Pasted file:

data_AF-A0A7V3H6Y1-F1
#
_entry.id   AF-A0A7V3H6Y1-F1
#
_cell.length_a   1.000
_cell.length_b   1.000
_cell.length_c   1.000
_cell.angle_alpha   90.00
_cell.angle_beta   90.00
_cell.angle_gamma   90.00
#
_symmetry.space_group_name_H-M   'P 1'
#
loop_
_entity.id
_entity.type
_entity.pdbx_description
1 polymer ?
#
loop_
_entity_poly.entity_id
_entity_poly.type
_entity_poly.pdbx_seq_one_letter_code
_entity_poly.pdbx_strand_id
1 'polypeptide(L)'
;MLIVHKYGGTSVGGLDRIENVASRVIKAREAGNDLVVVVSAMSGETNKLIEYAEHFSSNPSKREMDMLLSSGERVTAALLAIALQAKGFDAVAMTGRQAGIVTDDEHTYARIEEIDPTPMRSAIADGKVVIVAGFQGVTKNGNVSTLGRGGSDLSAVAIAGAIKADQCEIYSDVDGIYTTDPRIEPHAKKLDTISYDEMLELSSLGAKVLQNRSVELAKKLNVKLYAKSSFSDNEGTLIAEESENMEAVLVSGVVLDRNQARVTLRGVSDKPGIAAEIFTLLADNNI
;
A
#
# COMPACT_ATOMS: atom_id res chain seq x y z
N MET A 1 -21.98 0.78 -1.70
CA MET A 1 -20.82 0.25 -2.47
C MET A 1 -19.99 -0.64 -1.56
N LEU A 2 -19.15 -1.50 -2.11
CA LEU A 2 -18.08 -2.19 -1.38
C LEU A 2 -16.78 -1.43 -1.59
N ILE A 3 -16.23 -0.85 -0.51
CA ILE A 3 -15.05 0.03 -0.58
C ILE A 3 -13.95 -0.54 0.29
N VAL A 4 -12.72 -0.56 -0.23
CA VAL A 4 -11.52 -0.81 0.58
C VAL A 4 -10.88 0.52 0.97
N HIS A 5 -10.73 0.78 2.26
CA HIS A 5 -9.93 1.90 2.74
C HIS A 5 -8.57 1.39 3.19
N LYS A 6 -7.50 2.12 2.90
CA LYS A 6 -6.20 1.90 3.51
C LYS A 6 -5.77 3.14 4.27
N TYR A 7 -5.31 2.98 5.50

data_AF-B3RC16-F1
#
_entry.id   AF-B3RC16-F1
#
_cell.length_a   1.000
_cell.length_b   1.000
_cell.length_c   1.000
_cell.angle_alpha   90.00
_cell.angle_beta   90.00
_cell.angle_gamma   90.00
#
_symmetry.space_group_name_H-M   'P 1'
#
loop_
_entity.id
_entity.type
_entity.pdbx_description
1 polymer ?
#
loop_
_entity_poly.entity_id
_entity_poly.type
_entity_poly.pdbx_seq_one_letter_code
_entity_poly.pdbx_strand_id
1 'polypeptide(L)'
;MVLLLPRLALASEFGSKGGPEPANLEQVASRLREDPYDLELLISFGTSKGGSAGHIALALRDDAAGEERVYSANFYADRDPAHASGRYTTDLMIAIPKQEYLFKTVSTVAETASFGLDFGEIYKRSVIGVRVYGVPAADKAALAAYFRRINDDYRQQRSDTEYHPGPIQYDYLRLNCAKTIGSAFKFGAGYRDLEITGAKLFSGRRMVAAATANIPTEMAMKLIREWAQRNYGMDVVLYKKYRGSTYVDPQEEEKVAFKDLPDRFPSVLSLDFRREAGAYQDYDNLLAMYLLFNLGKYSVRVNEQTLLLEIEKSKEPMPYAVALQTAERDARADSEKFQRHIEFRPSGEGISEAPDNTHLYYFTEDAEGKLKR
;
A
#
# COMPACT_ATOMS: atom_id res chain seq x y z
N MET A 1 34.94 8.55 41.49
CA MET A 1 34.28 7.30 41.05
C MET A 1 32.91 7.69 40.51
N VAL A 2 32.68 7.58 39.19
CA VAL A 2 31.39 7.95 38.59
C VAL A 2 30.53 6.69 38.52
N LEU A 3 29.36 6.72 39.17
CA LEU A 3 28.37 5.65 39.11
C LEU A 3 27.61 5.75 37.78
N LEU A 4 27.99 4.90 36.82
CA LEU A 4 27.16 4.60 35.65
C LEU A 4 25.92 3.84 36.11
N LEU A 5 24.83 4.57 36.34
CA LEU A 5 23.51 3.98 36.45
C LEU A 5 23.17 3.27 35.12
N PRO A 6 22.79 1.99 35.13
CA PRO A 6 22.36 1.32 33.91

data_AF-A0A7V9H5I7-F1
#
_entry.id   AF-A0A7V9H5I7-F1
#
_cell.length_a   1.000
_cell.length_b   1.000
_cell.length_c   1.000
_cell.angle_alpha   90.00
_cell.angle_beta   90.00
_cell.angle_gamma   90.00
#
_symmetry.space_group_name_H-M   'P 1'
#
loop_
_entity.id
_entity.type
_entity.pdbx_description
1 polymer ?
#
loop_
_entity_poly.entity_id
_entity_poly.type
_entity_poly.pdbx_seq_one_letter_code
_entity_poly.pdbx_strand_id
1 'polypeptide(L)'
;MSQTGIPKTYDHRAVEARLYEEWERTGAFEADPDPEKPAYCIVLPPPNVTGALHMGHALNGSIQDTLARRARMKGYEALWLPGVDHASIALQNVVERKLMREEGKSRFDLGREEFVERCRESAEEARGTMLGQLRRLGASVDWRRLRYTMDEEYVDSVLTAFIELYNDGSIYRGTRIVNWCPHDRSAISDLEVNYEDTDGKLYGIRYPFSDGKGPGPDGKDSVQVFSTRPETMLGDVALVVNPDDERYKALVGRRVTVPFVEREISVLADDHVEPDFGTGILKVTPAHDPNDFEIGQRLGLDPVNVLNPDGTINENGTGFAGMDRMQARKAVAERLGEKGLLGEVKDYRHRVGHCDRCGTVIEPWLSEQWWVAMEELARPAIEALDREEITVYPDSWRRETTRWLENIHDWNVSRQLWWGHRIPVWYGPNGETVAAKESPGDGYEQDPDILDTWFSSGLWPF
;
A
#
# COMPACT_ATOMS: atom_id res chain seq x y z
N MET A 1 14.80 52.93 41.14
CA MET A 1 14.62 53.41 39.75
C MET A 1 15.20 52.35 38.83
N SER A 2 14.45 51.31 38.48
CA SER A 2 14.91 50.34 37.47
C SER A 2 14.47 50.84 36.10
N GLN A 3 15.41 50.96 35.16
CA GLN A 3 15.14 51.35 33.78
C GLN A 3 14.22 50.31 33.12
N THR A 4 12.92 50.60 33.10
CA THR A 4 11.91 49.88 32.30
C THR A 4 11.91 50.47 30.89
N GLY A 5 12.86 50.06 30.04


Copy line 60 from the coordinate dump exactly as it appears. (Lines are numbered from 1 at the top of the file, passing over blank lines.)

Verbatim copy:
#